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Taking a New Look at Empirical Models of Adoption: Average Treatment Effect Estimation of Adoption Rates and their Determinants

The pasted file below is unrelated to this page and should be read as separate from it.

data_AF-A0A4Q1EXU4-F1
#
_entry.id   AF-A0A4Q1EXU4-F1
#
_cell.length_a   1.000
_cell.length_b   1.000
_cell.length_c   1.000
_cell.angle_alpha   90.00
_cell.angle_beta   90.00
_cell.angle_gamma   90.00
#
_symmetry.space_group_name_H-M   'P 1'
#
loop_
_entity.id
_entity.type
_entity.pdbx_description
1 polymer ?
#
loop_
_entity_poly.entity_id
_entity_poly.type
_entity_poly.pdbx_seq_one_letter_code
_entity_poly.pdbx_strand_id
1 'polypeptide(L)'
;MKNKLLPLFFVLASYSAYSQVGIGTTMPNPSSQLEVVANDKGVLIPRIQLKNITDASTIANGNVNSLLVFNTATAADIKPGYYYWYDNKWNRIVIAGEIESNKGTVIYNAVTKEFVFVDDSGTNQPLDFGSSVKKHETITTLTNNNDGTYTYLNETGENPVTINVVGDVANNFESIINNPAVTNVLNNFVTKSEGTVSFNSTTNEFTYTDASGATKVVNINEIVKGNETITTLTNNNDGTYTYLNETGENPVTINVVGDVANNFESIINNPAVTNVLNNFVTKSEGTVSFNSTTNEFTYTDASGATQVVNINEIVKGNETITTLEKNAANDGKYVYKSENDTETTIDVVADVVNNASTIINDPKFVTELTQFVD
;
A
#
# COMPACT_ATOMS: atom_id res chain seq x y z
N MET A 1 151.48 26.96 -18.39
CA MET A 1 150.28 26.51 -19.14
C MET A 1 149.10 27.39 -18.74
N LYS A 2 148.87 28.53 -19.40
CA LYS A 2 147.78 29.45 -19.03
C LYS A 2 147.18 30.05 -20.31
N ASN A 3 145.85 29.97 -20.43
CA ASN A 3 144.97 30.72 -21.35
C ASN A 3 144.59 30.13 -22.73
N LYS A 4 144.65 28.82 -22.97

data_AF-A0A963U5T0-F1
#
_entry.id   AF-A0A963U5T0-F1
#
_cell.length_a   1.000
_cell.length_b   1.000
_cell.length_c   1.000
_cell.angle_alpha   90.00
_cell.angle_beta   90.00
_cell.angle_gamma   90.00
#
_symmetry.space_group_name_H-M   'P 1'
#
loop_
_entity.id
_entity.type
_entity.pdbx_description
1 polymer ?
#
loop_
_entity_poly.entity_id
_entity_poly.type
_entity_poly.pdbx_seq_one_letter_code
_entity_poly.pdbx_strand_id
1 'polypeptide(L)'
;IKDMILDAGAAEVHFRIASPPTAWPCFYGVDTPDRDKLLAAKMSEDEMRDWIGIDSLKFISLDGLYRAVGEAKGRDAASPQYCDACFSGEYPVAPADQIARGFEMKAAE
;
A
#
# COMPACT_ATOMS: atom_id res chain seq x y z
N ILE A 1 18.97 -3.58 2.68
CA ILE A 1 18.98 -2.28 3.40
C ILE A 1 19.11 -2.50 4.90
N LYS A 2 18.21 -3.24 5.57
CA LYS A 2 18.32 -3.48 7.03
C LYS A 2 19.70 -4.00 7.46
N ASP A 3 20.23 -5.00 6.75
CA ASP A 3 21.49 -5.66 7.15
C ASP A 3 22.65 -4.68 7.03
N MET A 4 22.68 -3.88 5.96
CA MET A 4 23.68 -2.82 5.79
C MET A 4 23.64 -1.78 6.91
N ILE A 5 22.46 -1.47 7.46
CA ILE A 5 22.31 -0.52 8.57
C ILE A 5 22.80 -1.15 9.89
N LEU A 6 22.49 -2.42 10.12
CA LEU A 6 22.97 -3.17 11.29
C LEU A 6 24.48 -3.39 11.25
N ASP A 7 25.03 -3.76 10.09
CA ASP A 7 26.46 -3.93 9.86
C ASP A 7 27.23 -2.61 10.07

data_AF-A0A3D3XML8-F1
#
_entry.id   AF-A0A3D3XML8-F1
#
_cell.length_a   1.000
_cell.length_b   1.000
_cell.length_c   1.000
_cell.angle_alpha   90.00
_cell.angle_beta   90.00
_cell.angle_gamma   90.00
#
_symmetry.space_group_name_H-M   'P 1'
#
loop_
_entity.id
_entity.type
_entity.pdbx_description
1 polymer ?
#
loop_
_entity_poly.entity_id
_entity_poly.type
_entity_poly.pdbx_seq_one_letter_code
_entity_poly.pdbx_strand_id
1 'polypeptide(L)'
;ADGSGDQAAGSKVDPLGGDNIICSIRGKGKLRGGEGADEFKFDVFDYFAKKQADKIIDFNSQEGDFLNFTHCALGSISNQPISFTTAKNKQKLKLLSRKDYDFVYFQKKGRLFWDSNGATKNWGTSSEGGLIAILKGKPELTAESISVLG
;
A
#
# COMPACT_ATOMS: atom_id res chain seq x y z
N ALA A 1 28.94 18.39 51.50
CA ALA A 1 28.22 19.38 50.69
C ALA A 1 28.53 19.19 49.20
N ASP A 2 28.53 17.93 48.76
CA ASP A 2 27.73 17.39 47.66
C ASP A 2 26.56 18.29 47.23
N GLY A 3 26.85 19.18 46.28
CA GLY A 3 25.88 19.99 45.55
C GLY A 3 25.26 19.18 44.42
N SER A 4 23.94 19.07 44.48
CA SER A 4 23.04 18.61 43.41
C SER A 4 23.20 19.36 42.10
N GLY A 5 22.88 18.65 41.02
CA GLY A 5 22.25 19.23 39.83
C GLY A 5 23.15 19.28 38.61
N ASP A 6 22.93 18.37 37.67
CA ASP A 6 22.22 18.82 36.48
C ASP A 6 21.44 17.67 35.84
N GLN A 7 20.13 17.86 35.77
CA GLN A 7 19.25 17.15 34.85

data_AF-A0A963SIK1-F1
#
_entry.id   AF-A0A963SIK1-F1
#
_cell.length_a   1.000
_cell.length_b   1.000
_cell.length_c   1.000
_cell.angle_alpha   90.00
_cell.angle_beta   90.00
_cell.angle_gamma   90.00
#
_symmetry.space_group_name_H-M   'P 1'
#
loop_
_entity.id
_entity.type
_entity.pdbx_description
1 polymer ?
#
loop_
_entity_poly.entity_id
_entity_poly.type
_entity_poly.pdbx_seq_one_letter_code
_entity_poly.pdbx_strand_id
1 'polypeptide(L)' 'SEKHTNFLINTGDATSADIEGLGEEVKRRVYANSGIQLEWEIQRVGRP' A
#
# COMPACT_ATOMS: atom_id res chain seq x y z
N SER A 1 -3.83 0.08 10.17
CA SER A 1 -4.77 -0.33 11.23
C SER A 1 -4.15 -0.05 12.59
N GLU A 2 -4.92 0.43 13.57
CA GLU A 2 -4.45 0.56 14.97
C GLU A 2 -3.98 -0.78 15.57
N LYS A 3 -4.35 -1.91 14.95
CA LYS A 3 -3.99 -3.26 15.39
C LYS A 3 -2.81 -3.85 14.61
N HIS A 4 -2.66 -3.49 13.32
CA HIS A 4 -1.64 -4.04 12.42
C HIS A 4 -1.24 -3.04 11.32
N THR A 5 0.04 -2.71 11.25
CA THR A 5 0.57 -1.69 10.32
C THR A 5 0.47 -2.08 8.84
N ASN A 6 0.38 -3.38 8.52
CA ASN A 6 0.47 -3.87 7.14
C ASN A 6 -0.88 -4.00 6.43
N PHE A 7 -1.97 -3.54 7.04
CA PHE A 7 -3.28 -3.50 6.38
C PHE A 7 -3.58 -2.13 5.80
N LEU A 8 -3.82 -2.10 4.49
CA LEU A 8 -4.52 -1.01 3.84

This paper shows that the observed sample adoption rate does not consistently estimate the population adoption rate even if the sample is random. It is proved that instead the sample adoption rate is a consistent estimate of the population joint exposure and adoption rate, which does not inform about adoption per se. Likewise, it is shown that a model of adoption with observed adoption outcome as dependent variable and where exposure to the technology is not observed and controlled for cannot yield consistent estimates of the determinants of adoption. Such model can at best provide consistent estimates of the effects of the included explanatory variables on joint exposure and adoption. Even for that to be possible, the model must be explicitly specified as a model of determinants of joint exposure and adoption and not as a model of determinants of adoption alone. The paper uses the counterfactual outcomes framework to show that the true population adoption rate corresponds to what is defined in the modern treatment effect literature as the average treatment effect (ATE), which measures the effect or impact of a "treatment" on a person randomly selected in the population. In the adoption context, a "treatment" corresponds to exposure to the technology. Another quantity that is also the subject of attention in the treatment effect literature is the average treatment effect on the treated, which measures the effect of treatment in the treated subpopulation and corresponds in the adoption context to the adoption rate among those exposed to the technology. The paper uses the ATE estimation framework to derive consistent nonparametric and parametric estimators of population adoption rates and their determinants and applies the results to consistently estimate the population adoption rates and determinants of the NERICA (New Rice for Africa) rice varieties in Cote d'ivoire.

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